Vente: 540 / Evening Sale 09 juin 2023 à Munich Lot 52


Martin Kippenberger
Gruga-Bad, 1982.
Mixed media on canvas with washcloth, 3 parts
Estimation: € 300,000 / $ 330,000
Gruga-Bad. 1982.
Mixed media on canvas with washcloth, 3 parts.
Each part 120 x 100 cm (47.2 x 39.3 in).
• Excellent example of Kippenberger’s volatile-associative process from his best creative period in the early 1980s.
• Programmatic humorous homage to Kippenberger's childhood in the Ruhr area, the legendary "Gruga-Bad" in Essen and the Wörthersee, a popular vacation destination for Germans in the 1960s.
• Best provenance: From Galerie Max Hetzler, Kippenberger's first gallerist, into the renowned Kippenbeger collection of Hans-Jürgen Müller, Stuttgart.
• Shown at the important exhibition "Tiefe Blicke. Kunst der achtziger Jahre" in 1985.
• Largely unrecognized by the humorless German art scene, Kippenberger's work was honored in international solo shows during his lifetime.
• In 2009, the Museum of Modern Art, New York, showed a grand Kippenberger retrospective exhibition, followed by a show at the Hamburger Bahnhof, Berlin in 2013

Accompanied by a photo certificate issued by the Estate Martin Kippenberger, Galerie Gisela Capitain, Cologne in May 2023 .

PROVENANCE: Galerie Max-Ulrich Hetzler, Stuttgart (with the label on each stretcher).
Collection Hans-Jürgen Müller, Stuttgart (acquired from the above).
Private collection Southern Germany (acquired from the above in 1992).

EXHIBITION: Kippenberger zum Thema ‘Fiffen, Faufen und Ferfaufen’, Studio f, Ulm, October 31 – December 5, 1982 (only one canvas).
Tiefe Blicke, Kunst der 1980er Jahre aus der Bundesrepublik Deutschland, der DDR, Österreich und der Schweiz, Hessisches Landesmuseum Darmstadt, 1985, illu. 54 (with the label on two stretchers).
Hessisches Landesmuseum, Damstadt (since 1985, permanent loan from the Collection Hans-Jürgen Müller).
Schlachtpunk. Malerei der achtziger Jahre, ed. by Peter Joch and Klaus-D. Pohl, Kunsthalle Darmstadt, January 31 – April 29, 2012, illu. 47 (only one canvas).
Zwei Alter: Jung, Crone Galerie, Berlin, October 2019.

"Whether we liked it or not, our dad would always drag us to both the Folkwangmuseum and the Grugabad."
Susanne Kippenberger, das alte Ruhrgebiet ist bald Geschichte, Tagesspiegel, May 17, 2018.

"Art is only evaluated in retrospect anyway [..]. It will be decisive what people SAY about me only then. Whether I was fun or not. And I work hard to make sure people will say: Kippenberger was tons of fun!"
Martin Kippenberger, quoted from: Kritisches Lexikon der Gegenwartskunst, Munich 1994, p. 14.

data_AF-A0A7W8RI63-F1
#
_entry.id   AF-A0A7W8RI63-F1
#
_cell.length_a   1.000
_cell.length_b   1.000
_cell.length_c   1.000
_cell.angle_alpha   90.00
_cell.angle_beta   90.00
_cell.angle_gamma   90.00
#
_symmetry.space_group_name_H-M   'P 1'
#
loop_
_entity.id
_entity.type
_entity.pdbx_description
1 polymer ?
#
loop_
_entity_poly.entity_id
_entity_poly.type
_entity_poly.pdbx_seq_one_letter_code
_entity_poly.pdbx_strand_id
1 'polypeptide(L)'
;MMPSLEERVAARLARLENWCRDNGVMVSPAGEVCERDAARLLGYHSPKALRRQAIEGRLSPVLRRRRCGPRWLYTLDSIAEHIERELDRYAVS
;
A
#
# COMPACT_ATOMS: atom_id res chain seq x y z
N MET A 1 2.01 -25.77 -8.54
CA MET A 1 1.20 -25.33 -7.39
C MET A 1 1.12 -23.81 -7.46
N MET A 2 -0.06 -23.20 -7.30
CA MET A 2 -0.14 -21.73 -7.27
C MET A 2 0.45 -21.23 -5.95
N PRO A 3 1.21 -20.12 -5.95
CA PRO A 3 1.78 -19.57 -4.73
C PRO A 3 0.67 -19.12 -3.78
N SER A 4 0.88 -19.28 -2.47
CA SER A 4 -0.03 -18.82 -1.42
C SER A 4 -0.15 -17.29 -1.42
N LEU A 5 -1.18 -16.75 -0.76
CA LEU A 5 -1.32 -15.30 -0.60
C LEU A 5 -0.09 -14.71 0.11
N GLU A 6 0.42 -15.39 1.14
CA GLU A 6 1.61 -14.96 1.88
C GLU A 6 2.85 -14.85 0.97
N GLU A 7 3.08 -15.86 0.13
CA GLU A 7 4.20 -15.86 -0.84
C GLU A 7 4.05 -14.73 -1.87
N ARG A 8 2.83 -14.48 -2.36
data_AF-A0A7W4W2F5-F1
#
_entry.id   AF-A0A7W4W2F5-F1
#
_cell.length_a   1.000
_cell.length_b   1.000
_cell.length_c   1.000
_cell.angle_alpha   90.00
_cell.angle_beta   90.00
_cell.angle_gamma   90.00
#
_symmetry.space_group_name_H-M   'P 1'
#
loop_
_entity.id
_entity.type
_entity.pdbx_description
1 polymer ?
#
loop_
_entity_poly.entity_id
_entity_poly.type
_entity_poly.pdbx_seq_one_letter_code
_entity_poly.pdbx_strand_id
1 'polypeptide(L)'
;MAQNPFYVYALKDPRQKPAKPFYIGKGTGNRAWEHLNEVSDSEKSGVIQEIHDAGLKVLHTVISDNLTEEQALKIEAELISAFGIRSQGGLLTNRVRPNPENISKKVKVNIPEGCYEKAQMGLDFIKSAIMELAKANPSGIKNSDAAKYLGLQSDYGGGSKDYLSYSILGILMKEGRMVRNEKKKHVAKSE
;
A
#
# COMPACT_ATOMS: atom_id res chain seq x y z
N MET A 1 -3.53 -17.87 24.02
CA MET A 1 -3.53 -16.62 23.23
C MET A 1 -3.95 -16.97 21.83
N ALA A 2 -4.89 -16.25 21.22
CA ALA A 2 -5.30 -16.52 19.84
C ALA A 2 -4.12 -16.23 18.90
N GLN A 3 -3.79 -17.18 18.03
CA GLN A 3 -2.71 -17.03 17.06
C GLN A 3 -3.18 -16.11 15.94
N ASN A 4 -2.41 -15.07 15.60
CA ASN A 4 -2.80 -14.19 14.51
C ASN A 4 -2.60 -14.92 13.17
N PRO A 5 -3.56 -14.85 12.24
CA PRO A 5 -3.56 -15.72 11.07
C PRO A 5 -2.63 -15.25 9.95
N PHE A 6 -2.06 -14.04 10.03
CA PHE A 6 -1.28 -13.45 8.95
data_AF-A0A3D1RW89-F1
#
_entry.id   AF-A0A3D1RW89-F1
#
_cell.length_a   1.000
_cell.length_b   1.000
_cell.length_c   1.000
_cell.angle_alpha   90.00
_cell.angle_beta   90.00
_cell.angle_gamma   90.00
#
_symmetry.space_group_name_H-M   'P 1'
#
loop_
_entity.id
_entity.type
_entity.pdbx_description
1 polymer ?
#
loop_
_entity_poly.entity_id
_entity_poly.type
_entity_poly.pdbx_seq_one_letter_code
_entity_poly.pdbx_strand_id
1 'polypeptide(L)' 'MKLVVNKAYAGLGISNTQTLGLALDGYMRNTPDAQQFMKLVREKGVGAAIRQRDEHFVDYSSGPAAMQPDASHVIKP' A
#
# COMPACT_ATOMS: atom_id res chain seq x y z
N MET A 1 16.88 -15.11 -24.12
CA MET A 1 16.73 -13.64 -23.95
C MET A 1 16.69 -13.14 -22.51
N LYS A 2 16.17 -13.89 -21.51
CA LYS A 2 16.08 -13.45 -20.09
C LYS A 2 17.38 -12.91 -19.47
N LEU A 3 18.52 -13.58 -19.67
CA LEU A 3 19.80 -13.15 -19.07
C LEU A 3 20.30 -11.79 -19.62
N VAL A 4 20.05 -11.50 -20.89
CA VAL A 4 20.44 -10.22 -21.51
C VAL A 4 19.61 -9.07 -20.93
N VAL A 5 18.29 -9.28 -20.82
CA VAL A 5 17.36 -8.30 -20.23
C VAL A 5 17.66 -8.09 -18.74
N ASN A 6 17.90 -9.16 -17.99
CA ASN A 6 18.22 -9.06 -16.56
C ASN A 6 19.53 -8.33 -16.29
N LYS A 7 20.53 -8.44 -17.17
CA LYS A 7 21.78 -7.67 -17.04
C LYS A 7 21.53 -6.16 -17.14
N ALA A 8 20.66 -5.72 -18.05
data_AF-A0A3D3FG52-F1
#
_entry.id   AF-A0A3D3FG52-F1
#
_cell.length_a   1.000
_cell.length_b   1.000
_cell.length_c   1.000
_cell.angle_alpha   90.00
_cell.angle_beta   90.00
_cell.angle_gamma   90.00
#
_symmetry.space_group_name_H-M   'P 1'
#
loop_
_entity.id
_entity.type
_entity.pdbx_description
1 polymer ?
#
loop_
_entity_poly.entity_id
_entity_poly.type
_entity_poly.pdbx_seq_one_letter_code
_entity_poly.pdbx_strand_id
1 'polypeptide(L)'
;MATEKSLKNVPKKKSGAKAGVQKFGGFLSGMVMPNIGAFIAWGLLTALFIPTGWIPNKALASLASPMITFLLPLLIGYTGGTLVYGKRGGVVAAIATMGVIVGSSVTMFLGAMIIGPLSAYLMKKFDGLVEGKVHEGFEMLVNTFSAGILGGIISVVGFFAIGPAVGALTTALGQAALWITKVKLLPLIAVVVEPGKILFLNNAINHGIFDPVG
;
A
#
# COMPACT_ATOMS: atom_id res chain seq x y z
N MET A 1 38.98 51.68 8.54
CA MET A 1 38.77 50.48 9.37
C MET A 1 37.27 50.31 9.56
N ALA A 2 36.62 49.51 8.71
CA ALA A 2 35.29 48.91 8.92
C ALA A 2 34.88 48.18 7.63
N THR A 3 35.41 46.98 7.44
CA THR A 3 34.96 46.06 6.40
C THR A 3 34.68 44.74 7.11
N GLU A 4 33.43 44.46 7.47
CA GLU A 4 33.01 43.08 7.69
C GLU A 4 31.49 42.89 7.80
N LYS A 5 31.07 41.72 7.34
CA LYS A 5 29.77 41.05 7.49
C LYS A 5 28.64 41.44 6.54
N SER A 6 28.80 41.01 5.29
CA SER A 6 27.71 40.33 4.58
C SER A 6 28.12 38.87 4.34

Called up: June 9, 2023 - ca. 18.42 h +/- 20 min.

"Kippenberger was big fun!" and far ahead of his time – the international recognition of an exceptional artist
Martin Kippenberger, who is often described as the enfant terrible of the Berlin art world, died at the young age of 44. He lived restlessly, emotionally, was a non-conformist and an intense character in every respect, with a personality that makes it hard to distinguish between man and artist. Kippenberger devoted almost all of his life to art. For him, however, art had been an act of provocation right from the start. Kippenberger's art did not want to be subordinate to the requirements of aesthetics or beauty, and his sister Susanne wrote aptly: "The blank canvas did not scare him, beautiful pictures did." (S. Kippenberger, Kippenberger. Der Künstler und seine Familie, Berlin 2007, p. 13). Provocative, free and unrestrained, Kippenberger's work could also be described as anti- or nonsense art that regularly probed the boundaries of good taste. Kippenberger, who ran Kippenberger's Office and the legendary Kreuzberg club SO 36 in Berlin, provoked and overwhelmed viewers with a work that alternated between painting, sculpture, installation and happening with a playful nonchalance. He was ahead of his time and his art exposed the lack of humor on the part of German museum directors, which according to Zdenek Felix, former director of the Hamburg Deichtorhallen, is partly responsible for the fact that Kippenberger had solo exhibitions at the Centre Pompidou in Paris, the Hirshhorn Museum in Washington, the San Francisco Museum of Modern Art and the Boijmans van Beuningen in Rotterdam, whereas hardly any German museum made comparable efforts. Accordingly, it is little surprising that the Berliner Tagesspiegel wrote about the opening of the grand Kippenberger retrospective at the Hamburger Bahnhof in 2013: “It took a damn long time. Now he has made it to the capital. [..] Or isn't it the other way around? Berlin has finally managed to include Martin Kippenberger in the canon of art history - 16 years after the early death of the then 44-year-old. The exhibition’s title 'sehr gut/very good' plays with this ambivalence. The ironic top rating applies to both sides: for the artist as well as the Hamburger Bahnhof with his retrospective on Kippenberger's sixtieth [..]” (Martin-Kippenberger-Retrospektive. Jeder Künstler ist ein Mensch, Tagesspiegel February 22, 2013). The Museum of Modern Art in New York preempted the Hamburger Bahnhof in 2009 with the large American retrospective show "Martin Kippenberger: The Problem Perspective".

"Gruga-Bad" – Humorous homage to Kippenberger childhood in the Ruhr area in the 1960s